The Workforce Development Jobs and Skills Matching Study 2013 was developed after nearly 1000 registered job seekers were surveyed in partnership with Wide Bay Burnett Job Services Australia (providers). The study utilised the data to identify key barriers and opportunities for the Region’s unemployed labour force.


The Resource Sector Workforce Mobility Study 2013 is a look at the first 700 Resource Sector workers who undertook the IM4FIFO survey between August and December 2012. The study utilised the data to identify the key barriers and opportunities for the regions mobile workforce. Furthermore this research will establish effective long-term solutions for the Wide Bay Burnett’s existing workforce providing them with better work/life balance solutions while still addressing key industry issues of safety, fatigue management and staff turnover.

Analytics are only a small component of these projects and I have benefited from having worked very closely with two very outstanding individuals.

Grant Maclean, the RDA WBB Chairman has always had a vision for creating a step change for the Wide Bay Burnett region. His guidance and strategic vision has, in my view, made our region standout in terms of focussed outcomes. He has also been a fantastic guide as I had to carefully balance both operational and Board responsibilities for the latter half of 2012.

Although you won’t see his name on the reports, Paul Massingham, the Executive Officer of the RDA WBB has done an amazing job in the creation of these two documents and for my thinking deserves the bulk of the credit for these fantastic publications. In just six months, while managing a small but very capable team he was able to access an enormous amount of data, brief key stakeholders and build strong relationships with three levels of government, the community and industry. It was certainly a bonus for our recently appointed FIFO coordinator, Danielle Andreuzzi to have the data immediately available for the write up of the Resource Sector Workforce Mobility Study. Having worked on analytics (in one form or the other) for over a decade I must say my six months collaborating with Paul in an operational capacity were not only the most productive (I was able to produce more than 80 baseline info-graphics from which our staff can now build and scale) but one of the most enjoyable. Paul’s professionalism, subject matter knowledge, drive and pure energy allowed for quick turnarounds on my input with minimum repeats.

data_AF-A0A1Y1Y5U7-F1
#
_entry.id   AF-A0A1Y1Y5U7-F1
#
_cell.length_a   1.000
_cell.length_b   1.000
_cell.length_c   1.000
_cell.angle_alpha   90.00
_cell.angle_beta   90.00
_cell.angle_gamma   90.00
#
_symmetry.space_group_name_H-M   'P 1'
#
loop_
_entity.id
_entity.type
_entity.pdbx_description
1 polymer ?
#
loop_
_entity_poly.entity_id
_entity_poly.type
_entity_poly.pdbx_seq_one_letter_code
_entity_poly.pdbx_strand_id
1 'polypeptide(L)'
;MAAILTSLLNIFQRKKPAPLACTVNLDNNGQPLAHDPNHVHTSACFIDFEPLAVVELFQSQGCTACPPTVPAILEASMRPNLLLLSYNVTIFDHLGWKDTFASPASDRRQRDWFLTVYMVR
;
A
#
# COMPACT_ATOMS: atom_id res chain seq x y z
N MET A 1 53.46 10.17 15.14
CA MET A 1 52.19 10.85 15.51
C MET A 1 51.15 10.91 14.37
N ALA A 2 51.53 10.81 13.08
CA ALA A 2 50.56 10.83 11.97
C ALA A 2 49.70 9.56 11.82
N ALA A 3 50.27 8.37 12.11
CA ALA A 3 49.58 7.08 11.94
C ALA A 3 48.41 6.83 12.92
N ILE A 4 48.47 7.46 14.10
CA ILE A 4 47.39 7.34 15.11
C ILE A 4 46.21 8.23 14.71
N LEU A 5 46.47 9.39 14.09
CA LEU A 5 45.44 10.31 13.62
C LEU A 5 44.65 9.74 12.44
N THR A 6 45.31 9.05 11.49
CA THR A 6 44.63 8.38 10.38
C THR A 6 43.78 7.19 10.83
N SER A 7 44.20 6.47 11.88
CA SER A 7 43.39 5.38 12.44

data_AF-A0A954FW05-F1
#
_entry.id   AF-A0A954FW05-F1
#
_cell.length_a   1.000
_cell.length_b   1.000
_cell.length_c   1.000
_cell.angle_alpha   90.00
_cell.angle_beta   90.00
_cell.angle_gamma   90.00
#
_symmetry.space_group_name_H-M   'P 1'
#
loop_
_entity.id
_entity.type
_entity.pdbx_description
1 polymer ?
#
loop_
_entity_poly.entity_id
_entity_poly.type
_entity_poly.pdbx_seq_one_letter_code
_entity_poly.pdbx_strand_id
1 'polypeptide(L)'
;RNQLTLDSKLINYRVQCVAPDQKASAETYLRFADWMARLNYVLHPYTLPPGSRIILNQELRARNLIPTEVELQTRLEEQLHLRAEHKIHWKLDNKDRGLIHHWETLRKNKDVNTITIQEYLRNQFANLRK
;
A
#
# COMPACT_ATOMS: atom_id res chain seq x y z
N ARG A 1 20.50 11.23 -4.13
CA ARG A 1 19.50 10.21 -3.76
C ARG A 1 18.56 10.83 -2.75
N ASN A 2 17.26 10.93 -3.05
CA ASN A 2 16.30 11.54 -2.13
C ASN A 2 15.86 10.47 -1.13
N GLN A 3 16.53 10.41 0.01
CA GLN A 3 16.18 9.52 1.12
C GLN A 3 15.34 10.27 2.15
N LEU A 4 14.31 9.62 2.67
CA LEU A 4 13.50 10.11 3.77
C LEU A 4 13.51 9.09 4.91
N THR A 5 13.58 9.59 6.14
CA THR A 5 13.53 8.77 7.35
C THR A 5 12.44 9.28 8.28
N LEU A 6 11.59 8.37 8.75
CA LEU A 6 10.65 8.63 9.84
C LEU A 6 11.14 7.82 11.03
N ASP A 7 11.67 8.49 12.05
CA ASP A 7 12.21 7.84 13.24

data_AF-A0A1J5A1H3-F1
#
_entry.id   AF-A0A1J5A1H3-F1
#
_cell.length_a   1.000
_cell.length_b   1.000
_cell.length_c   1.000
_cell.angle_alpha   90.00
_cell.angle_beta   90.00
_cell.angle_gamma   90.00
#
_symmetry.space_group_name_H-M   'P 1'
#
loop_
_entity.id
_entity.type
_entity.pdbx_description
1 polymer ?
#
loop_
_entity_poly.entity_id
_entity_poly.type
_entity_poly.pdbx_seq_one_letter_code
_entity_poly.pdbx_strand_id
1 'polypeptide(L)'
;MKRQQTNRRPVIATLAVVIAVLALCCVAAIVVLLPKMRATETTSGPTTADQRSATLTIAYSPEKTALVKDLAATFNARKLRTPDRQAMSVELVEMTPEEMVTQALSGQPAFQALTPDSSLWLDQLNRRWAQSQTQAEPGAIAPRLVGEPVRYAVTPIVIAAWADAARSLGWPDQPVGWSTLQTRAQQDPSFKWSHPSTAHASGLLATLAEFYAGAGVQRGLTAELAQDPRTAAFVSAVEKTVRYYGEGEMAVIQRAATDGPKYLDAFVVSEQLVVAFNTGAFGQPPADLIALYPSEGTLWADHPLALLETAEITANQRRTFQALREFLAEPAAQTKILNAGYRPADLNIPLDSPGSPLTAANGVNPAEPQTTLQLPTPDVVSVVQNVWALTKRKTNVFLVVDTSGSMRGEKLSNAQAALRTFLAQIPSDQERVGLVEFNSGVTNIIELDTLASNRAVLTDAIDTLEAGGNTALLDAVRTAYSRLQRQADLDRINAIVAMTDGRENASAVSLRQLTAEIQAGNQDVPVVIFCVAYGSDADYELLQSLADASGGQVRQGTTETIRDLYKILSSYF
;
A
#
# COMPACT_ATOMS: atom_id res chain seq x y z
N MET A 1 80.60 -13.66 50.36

As stated above I think both these studies are fine pieces of Regional Workforce Planning research and if I would commend them to you.



If you need more information about either of these studies or about the IM4FIFO campaign then please contact Paul Massingham at:

Regional Development Australia Wide Bay Burnett

PO Box 1045, Hervey Bay, QLD, 4655 – Phone: 07 4125 9272 – Email: info@rdawidebayburnett.org.au – www.rdawidebayburnett.org.au

As an aside you can also view the IM4FIFO advertising campaign which was broadcast across the Wide Bay Burnett region after the Queensland Minister for Education, Training and Employment, the Hon. Mr John-Paul Langbroek launched the project officially on the 14th August 2012.

Random Analytics: Manufacturing Workforce Planning Scan (Jul – Dec 2012)

The two sectors of the Australian economy that will shape the nation in 2013 are mining and manufacturing. Although mining has come under intense pressure in the latter half of 2012 it still has an enormous foreign direct investment (FDI) pipeline and is the envy of the world, especially the US and the European countries that have been battered by the Global Financial Crisis (or the North Atlantic Financial Crisis as I prefer to call it). On the other side of the coin is manufacturing which according to the ABS employed 935,897 people (correct as at end June 2011), although that number has been in decline for some years and it would be lower today and if you believe the data I’m about to present. The US Bureau of Labour Statistics (BLS) recently reported we have the worst manufacturing productivity amongst the most developed nations.

Australia has significant challenges ahead of it this year and these two sectors, so crucial to the economy but at opposite ends of the spectrum are worth close attention and scrutiny.

Since September 2012 I have been publishing Workforce Planning scans of the Mining industry which has assisted me in thinking ‘Big Picture’ about that sector, with all of its opportunities and liabilities. Over the Christmas break I have been busy looking at Manufacturing Monthly stories between July and December 2012 to get a sense about that sector and its Workforce Planning issues. Given more time I would like to add a second source of qualitative data to create more robust quantitative information but time doesn’t permit at this stage.